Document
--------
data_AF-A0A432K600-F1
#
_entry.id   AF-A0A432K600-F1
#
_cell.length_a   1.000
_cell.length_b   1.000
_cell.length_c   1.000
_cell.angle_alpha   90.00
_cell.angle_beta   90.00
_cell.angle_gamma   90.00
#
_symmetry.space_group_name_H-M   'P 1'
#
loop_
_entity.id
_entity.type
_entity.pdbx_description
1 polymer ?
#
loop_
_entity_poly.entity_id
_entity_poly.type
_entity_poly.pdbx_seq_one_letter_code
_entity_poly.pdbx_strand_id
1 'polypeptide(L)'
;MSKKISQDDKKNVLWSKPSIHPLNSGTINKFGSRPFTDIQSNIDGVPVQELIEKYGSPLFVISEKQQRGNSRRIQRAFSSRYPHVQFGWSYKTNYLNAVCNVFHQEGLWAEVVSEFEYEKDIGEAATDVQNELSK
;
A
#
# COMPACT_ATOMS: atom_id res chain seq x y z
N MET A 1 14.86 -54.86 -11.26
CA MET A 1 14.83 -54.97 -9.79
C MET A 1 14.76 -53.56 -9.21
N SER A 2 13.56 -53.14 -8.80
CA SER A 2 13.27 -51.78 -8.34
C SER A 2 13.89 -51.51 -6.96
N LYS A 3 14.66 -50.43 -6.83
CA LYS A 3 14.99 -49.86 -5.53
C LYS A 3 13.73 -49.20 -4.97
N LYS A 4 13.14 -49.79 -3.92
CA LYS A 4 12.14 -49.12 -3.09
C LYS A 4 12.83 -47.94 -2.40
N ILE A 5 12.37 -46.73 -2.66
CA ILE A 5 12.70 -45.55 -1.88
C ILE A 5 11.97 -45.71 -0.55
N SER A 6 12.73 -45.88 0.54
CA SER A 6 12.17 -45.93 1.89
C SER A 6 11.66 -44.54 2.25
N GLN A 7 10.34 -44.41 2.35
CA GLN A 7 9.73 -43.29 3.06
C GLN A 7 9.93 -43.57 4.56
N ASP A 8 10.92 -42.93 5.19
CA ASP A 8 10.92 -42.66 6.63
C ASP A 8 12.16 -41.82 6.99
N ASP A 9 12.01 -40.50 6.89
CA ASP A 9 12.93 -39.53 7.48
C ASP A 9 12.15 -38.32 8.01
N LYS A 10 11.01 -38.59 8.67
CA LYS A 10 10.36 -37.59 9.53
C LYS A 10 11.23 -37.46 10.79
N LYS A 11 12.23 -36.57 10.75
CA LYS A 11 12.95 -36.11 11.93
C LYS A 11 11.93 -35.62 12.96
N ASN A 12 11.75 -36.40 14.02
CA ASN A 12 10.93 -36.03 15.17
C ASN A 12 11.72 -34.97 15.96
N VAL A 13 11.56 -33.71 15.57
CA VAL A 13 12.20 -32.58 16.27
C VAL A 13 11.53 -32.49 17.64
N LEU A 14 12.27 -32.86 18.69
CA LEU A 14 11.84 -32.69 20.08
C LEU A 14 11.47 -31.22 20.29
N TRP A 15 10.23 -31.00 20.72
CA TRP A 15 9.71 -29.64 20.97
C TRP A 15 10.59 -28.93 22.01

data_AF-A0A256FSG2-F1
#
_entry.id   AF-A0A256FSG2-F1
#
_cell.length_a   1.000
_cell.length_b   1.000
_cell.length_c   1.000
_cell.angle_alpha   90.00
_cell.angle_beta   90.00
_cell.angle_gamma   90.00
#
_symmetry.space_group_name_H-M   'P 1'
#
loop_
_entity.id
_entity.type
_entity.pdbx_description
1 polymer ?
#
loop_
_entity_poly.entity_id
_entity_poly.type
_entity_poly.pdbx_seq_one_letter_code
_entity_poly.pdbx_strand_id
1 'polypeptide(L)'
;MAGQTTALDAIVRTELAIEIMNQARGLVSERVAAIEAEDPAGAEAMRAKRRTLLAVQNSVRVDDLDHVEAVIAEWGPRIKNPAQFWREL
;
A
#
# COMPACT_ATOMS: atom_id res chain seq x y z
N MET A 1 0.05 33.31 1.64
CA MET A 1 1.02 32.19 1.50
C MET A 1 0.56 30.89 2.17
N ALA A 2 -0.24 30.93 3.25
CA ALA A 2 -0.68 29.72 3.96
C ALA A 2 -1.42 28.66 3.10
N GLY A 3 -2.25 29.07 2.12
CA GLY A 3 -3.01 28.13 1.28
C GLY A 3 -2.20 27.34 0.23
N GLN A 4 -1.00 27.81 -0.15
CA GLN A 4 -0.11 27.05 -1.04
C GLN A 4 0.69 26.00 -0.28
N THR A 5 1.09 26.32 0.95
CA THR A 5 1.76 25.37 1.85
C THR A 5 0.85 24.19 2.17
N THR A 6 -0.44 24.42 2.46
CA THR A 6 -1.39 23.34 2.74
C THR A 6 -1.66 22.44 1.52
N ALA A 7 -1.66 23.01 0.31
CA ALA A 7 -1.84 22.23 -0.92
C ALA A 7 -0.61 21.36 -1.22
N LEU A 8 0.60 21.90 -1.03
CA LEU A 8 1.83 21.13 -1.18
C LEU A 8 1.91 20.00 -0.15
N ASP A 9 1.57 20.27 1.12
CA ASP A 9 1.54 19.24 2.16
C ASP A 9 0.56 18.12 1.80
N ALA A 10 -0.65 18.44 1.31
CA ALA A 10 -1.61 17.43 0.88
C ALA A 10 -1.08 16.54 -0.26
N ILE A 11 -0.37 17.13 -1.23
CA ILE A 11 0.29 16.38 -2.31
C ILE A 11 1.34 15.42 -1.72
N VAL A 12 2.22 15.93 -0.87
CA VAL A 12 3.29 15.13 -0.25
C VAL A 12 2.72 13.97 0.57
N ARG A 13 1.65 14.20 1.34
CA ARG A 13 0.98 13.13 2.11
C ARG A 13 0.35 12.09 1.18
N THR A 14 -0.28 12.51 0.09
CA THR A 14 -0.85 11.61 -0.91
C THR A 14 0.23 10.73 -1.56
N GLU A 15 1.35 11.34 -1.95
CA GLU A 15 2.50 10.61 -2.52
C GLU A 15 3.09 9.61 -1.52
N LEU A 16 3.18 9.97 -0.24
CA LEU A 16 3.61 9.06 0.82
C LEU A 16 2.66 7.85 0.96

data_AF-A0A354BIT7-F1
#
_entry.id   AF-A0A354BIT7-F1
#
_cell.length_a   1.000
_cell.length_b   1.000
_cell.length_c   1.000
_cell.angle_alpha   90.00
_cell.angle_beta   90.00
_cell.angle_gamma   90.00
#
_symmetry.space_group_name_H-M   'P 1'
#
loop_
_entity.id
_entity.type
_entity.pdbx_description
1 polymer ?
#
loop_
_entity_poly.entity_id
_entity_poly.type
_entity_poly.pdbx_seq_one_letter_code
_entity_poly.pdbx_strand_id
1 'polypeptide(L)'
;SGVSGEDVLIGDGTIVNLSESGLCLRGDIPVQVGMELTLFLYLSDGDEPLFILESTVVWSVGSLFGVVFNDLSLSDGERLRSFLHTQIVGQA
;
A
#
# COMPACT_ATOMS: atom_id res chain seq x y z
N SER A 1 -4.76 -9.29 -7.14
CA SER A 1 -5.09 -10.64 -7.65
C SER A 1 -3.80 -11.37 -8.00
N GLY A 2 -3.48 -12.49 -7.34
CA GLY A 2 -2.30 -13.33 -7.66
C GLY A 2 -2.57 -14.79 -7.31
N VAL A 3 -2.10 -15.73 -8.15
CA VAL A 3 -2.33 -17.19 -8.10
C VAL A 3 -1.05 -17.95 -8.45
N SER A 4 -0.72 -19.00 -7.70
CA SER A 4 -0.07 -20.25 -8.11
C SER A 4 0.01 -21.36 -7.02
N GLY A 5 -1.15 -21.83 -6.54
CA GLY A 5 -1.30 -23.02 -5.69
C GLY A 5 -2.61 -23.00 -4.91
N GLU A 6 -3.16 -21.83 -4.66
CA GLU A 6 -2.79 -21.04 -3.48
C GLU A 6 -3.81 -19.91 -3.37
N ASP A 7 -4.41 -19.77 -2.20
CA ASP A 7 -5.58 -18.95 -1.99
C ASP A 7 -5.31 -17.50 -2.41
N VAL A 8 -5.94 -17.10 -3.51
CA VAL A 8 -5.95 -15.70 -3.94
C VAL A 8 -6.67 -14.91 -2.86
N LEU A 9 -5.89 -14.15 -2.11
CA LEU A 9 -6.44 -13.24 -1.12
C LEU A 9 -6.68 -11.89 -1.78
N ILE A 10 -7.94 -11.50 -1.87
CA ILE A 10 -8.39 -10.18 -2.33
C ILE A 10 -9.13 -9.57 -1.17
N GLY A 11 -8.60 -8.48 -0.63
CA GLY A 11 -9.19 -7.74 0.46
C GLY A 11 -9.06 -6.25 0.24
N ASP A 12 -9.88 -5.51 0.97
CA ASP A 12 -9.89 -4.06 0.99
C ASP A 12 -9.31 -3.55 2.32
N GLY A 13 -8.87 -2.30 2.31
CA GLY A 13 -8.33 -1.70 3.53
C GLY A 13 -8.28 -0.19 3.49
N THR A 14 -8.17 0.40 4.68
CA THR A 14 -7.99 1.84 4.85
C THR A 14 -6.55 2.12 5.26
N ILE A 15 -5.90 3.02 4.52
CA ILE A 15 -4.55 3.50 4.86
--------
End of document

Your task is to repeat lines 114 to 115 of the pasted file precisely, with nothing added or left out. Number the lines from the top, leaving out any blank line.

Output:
C GLY A 3 -2.20 27.34 0.23
N GLN A 4 -1.00 27.81 -0.15